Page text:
Monday, April 6, 2009

King of Vegetables honoured in a Brinjal Festival in Bangalore -5th April 2009

The first-ever Brinjal Festival in Bangalore was organised brilliantly by a spirited team - Association for India's Development (AID)- Bangalore, Sahaja Samrudha
Samvada, Jaivika Krishi Society (JKS) and Maysore Horticulture Society (MHS).

A splendid biodiversity of brinjals displayed was a sheer disbelief to many consumers that they were not for real. That traditional varieties cannot look healthy, large or colourful. The recipes of brinjals were a delight to taste. The objective of the festival - should we not raise our voices against the entry of Bt Brinjal, and stop the government from taking this devastating step, it would destroy what is left of natures abundance!

Kudos to all efforts of the event so memorable, Great going.

please read the reviews below...

Sangita Sharma
GM food not on the menu here

BANGALORE: Lalbagh Botanical Gardens was abuzz with activity on Sunday. As part of a unique brinjal festival, participants were busy testing recipies even as kids got a chance to take part in a painting competition. For others, there were lectures, discussions, screening of a film and even an exhibition.

The activities were aimed to showcase the diversity the king of vegetables possesses. More than 100 varieties of organically grown brinjal from different states were on display, besides many mouth-watering dishes.

"Say no to GM foods. Bt Brinjal, India's first genetically modified food, is likely to be on your plate soon." This was the message at the event. An organizer said: "When there are so many natural varieties of the vegetable, is there a need for Bt Brinjal?" A number of organizations - Association for India's Development (AID), Sahaja Samruddha, Samvada, Javika Krushik Society - held the event in association with brinjal-growing farmers.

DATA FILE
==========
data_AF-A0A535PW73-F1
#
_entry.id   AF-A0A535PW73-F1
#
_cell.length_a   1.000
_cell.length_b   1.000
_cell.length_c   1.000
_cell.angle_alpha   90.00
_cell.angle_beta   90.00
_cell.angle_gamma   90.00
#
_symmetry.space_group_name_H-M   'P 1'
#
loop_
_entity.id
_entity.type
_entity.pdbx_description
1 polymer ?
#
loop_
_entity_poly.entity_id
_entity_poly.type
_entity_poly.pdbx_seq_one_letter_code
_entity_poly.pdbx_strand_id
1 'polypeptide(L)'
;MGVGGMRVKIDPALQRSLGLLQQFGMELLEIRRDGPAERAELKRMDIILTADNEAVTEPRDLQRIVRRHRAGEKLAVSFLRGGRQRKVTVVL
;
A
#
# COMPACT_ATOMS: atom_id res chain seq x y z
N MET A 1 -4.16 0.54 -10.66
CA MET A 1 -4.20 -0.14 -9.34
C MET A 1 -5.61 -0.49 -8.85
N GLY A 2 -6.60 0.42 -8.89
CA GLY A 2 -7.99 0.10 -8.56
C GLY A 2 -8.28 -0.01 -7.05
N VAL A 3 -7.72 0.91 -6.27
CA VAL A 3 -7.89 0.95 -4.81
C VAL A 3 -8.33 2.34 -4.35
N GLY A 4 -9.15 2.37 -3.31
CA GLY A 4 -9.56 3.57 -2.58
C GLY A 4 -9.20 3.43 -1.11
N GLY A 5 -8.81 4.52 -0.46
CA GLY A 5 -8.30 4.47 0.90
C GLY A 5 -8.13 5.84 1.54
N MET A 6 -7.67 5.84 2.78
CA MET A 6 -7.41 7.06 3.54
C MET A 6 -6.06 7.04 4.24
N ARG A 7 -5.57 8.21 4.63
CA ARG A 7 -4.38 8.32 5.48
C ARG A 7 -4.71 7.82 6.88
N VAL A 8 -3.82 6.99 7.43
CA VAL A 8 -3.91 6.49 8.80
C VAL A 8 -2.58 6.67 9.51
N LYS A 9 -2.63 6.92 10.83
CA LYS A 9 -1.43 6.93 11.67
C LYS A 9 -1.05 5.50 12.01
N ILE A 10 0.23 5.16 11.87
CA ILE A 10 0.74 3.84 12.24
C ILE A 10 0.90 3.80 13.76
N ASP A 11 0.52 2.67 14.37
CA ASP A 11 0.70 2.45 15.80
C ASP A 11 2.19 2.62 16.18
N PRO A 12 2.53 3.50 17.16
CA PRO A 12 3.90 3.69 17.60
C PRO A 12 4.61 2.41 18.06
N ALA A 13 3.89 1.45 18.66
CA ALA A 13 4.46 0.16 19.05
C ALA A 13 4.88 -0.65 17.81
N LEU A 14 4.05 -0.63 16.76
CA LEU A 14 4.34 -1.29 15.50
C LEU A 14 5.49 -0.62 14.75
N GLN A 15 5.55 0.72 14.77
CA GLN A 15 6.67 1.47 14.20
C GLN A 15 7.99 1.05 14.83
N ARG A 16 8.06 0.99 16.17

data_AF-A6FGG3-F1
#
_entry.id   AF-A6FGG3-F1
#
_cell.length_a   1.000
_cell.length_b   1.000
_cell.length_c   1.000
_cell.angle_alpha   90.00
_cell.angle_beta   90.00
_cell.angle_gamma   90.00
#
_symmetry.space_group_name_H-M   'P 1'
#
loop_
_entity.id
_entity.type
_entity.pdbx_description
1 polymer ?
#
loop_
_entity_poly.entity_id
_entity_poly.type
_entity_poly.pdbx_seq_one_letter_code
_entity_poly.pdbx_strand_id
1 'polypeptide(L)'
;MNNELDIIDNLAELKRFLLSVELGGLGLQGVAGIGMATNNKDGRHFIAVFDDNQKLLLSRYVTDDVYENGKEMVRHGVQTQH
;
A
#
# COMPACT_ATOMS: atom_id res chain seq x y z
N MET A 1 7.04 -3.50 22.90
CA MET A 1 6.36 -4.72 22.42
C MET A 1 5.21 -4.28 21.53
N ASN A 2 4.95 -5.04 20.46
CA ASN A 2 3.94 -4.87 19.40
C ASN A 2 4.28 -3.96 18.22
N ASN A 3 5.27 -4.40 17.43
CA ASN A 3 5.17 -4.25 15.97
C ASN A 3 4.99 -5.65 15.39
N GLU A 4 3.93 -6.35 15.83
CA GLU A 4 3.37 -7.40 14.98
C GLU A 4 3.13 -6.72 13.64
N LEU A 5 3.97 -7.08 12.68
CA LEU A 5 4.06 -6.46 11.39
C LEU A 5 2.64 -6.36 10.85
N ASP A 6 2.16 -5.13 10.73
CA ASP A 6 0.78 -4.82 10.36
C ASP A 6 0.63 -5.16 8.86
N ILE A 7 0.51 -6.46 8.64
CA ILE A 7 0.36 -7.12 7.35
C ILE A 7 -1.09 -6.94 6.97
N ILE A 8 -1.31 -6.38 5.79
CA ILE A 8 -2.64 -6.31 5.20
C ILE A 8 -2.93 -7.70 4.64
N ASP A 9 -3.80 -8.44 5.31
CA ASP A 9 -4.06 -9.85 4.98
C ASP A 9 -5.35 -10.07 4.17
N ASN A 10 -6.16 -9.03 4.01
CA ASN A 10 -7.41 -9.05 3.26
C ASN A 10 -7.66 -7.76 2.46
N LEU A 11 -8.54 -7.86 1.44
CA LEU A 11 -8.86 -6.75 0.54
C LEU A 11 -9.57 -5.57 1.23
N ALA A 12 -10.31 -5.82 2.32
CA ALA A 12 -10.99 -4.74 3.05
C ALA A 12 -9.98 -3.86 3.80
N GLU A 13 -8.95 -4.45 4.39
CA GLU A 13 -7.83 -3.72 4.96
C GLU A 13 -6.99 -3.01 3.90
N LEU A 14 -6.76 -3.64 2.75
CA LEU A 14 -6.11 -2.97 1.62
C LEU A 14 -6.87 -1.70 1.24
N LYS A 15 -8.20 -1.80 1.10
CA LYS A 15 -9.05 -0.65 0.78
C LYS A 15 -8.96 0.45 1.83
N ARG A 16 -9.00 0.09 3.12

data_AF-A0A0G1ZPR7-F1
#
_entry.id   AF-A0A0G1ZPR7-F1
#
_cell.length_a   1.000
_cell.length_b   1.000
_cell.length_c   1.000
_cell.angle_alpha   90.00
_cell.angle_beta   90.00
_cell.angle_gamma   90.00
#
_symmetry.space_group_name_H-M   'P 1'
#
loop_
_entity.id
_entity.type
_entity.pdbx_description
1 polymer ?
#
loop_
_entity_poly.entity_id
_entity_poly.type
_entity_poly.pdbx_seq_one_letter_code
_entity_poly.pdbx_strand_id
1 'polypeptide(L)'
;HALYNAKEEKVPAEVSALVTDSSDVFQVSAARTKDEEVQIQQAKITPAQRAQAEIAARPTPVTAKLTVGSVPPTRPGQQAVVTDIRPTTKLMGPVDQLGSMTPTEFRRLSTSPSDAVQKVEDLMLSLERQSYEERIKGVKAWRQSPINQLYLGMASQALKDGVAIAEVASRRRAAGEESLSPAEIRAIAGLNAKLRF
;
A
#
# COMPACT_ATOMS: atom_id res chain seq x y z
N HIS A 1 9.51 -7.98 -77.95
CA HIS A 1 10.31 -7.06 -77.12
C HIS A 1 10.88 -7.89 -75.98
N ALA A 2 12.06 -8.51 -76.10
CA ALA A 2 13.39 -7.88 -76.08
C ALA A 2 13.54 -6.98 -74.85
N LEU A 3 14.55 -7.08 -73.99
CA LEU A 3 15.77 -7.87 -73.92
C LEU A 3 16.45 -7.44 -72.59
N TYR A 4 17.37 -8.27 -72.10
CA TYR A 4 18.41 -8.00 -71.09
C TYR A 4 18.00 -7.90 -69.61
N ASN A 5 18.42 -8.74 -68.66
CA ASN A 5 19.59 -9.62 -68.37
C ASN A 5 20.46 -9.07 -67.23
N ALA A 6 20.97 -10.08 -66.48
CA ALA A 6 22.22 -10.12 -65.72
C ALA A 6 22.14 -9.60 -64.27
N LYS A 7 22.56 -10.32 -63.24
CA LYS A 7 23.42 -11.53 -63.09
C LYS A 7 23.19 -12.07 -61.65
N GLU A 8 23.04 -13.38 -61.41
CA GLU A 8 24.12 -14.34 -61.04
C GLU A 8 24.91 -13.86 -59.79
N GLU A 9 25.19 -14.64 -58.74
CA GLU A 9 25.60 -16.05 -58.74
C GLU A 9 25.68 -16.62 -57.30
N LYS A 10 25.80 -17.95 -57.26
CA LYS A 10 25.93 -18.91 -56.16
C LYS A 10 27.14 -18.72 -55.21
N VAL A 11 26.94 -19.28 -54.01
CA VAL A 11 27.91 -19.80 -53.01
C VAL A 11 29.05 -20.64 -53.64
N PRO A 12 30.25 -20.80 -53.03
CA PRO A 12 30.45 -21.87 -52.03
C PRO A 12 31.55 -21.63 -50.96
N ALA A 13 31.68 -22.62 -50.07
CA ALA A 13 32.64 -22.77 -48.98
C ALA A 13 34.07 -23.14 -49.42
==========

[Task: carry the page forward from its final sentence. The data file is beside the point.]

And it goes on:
For young visitors, it was a learning experience combined with fun. Around 120 schoolchildren came up with novel ideas and expressed them on canvass. An animated movie `The story of Uday and Balu' was screened, focussing on the perils of GM food.

Many enthusiastic cooks - some professional, others beginners - prepared ennegaayi, sambar, palya, vangi bath, chutney, etc, using the vegetable. The exhibition was educative and informed the visitors about varieties of brinjal, its preparations, nutritional and medicinal value. One of the posters read: "GM foods can cause precancerous cell growth, liver, pancreas and kidney failure, infertility... GM foods are injurious to health." The screening of noted film-maker Mahesh Bhatt's `Poison on the platter' drew a good crowd.

Ayurvedic doctors and nutritional experts too spoke to the audience. Krishna Prasad of Sahaja Samrudha said: "Health and food safety is a fundamental right for a citizen. We expect the health minister to take a proactive stand against GM food. The Supreme Court appointee in the GEAC (regulatory body) Pushpa Bhargava has called for a moratorium on all GMO releases until they are proven to be safe."

The idea of this festival was to create awareness that demanding safe food is not just a right but also a basic responsibility. "Biotech companies producing GM foods will not like an informed debate on the issue as they are governed by the motto of profit at any cost," said Sejal of AID.

Speakers highlighted recent studies in Australia and Italy that show GM food causes various health problems. Manjunath of Samvada said the decision-making with regard to Bt Brinjal has so far happened without any independent long-term research.

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